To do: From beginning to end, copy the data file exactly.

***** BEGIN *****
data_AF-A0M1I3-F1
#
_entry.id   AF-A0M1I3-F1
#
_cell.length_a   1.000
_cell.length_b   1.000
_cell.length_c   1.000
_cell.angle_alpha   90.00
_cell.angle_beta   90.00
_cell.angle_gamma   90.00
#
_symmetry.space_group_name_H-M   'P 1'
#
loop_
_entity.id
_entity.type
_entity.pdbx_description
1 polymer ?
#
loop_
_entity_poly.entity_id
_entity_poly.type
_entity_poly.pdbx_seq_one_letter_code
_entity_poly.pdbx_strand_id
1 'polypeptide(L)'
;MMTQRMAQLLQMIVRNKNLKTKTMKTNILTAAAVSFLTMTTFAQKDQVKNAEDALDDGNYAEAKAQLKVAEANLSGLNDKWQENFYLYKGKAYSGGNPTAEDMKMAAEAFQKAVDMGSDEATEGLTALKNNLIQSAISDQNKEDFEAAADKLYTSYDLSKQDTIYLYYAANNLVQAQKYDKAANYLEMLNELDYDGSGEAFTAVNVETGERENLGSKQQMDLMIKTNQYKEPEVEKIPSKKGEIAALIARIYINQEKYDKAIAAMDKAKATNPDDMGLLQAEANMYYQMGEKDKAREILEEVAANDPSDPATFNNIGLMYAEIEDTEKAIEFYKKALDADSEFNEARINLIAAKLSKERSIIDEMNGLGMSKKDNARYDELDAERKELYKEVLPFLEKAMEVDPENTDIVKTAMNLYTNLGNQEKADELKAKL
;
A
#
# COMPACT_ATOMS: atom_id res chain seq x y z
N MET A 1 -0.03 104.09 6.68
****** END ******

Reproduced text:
data_AF-A0M1I3-F1
#
_entry.id   AF-A0M1I3-F1
#
_cell.length_a   1.000
_cell.length_b   1.000
_cell.length_c   1.000
_cell.angle_alpha   90.00
_cell.angle_beta   90.00
_cell.angle_gamma   90.00
#
_symmetry.space_group_name_H-M   'P 1'
#
loop_
_entity.id
_entity.type
_entity.pdbx_description
1 polymer ?
#
loop_
_entity_poly.entity_id
_entity_poly.type
_entity_poly.pdbx_seq_one_letter_code
_entity_poly.pdbx_strand_id
1 'polypeptide(L)'
;MMTQRMAQLLQMIVRNKNLKTKTMKTNILTAAAVSFLTMTTFAQKDQVKNAEDALDDGNYAEAKAQLKVAEANLSGLNDKWQENFYLYKGKAYSGGNPTAEDMKMAAEAFQKAVDMGSDEATEGLTALKNNLIQSAISDQNKEDFEAAADKLYTSYDLSKQDTIYLYYAANNLVQAQKYDKAANYLEMLNELDYDGSGEAFTAVNVETGERENLGSKQQMDLMIKTNQYKEPEVEKIPSKKGEIAALIARIYINQEKYDKAIAAMDKAKATNPDDMGLLQAEANMYYQMGEKDKAREILEEVAANDPSDPATFNNIGLMYAEIEDTEKAIEFYKKALDADSEFNEARINLIAAKLSKERSIIDEMNGLGMSKKDNARYDELDAERKELYKEVLPFLEKAMEVDPENTDIVKTAMNLYTNLGNQEKADELKAKL
;
A
#
# COMPACT_ATOMS: atom_id res chain seq x y z
N MET A 1 -0.03 104.09 6.68